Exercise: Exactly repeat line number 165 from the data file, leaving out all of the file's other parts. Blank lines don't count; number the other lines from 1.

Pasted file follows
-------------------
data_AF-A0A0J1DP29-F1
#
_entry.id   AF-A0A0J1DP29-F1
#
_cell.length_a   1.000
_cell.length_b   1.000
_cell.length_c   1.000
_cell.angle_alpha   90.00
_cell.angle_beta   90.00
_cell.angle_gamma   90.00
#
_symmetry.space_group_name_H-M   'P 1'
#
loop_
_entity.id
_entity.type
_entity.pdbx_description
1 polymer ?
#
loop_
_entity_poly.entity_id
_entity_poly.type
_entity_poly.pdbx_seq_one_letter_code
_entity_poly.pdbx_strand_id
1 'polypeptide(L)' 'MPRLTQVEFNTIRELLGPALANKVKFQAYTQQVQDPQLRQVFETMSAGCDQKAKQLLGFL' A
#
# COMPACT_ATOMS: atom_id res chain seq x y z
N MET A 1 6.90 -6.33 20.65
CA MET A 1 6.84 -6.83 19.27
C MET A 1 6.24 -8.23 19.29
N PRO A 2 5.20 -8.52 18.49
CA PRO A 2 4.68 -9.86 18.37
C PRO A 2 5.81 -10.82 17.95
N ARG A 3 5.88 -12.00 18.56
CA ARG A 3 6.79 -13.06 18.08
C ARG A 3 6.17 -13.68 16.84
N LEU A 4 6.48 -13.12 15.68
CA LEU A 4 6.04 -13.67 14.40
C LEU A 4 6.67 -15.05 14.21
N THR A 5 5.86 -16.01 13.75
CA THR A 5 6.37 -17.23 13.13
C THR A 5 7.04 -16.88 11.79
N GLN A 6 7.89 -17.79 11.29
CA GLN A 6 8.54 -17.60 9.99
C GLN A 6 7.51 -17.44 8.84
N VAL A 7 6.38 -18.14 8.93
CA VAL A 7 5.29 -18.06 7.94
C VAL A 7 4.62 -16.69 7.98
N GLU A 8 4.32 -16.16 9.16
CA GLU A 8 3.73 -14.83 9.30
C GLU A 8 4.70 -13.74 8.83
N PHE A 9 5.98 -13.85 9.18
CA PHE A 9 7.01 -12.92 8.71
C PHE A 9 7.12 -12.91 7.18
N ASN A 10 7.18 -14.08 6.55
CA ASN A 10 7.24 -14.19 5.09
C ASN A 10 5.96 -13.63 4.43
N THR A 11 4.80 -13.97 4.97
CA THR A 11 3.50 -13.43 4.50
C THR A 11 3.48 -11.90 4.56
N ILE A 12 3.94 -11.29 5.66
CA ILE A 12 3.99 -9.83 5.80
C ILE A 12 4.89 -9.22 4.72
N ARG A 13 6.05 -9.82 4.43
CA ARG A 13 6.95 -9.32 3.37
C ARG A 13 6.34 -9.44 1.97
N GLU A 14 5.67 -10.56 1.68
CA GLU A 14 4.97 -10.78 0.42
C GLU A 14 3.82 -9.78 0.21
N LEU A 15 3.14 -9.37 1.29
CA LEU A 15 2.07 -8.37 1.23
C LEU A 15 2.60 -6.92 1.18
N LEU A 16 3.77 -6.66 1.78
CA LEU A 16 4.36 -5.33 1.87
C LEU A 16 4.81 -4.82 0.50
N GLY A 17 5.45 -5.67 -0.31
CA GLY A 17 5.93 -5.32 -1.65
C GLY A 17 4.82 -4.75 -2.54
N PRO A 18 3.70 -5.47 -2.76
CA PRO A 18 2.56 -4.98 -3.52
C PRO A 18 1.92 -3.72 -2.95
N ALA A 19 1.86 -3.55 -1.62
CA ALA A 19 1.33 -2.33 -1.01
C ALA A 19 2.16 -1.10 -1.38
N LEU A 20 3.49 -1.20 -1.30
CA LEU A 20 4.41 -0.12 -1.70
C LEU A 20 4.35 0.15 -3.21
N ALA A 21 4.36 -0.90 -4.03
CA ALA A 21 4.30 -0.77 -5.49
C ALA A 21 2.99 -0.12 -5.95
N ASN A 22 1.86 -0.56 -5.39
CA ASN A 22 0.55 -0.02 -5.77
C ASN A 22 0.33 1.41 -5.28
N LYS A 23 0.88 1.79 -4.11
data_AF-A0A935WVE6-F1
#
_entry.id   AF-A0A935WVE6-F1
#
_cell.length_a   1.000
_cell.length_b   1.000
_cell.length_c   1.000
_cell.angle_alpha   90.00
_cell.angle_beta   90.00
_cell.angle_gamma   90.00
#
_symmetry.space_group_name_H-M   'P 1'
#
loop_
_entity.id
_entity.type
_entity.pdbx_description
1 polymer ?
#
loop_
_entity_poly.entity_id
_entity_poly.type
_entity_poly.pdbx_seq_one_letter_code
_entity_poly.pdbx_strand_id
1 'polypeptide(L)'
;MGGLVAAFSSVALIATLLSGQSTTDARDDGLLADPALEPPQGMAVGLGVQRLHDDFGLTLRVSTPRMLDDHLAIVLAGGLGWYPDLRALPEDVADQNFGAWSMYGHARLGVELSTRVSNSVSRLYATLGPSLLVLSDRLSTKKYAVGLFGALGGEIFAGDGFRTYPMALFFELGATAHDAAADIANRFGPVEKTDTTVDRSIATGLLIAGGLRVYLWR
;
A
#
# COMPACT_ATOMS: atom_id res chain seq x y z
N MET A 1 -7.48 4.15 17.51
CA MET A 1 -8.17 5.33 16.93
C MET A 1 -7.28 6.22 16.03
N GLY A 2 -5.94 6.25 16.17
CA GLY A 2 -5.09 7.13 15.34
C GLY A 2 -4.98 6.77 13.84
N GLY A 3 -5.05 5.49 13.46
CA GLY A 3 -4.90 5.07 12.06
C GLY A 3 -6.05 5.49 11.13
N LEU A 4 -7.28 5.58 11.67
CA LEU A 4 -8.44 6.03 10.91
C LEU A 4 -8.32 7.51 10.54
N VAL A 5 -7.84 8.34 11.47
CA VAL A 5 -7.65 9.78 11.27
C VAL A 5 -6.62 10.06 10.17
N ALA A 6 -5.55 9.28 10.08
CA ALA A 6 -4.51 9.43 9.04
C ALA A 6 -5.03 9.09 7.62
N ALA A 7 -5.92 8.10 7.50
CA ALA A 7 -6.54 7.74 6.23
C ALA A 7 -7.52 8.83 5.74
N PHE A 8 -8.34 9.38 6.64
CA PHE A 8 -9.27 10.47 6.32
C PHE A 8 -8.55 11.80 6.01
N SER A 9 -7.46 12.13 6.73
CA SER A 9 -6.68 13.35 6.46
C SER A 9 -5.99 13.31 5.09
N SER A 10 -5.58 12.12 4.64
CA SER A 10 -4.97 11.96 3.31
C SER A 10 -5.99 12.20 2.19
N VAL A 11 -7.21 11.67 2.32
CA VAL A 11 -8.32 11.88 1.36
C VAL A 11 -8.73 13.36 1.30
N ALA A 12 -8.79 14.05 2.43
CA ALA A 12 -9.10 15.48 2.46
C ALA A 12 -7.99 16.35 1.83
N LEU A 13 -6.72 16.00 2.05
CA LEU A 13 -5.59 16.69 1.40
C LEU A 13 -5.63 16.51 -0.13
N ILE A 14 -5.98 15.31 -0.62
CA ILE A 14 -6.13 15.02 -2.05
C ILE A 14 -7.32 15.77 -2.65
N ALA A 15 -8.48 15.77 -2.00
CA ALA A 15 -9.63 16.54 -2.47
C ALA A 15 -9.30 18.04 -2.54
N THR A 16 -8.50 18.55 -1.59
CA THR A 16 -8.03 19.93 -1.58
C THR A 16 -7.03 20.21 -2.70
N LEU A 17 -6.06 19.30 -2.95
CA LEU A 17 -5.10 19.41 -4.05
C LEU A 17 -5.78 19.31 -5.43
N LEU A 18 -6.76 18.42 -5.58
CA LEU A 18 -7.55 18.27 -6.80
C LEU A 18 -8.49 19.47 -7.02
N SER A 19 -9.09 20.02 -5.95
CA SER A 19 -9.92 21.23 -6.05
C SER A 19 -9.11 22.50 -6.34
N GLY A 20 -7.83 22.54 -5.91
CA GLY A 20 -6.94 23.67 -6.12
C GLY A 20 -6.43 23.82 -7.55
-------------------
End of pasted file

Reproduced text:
CA ILE A 14 -6.13 15.02 -2.05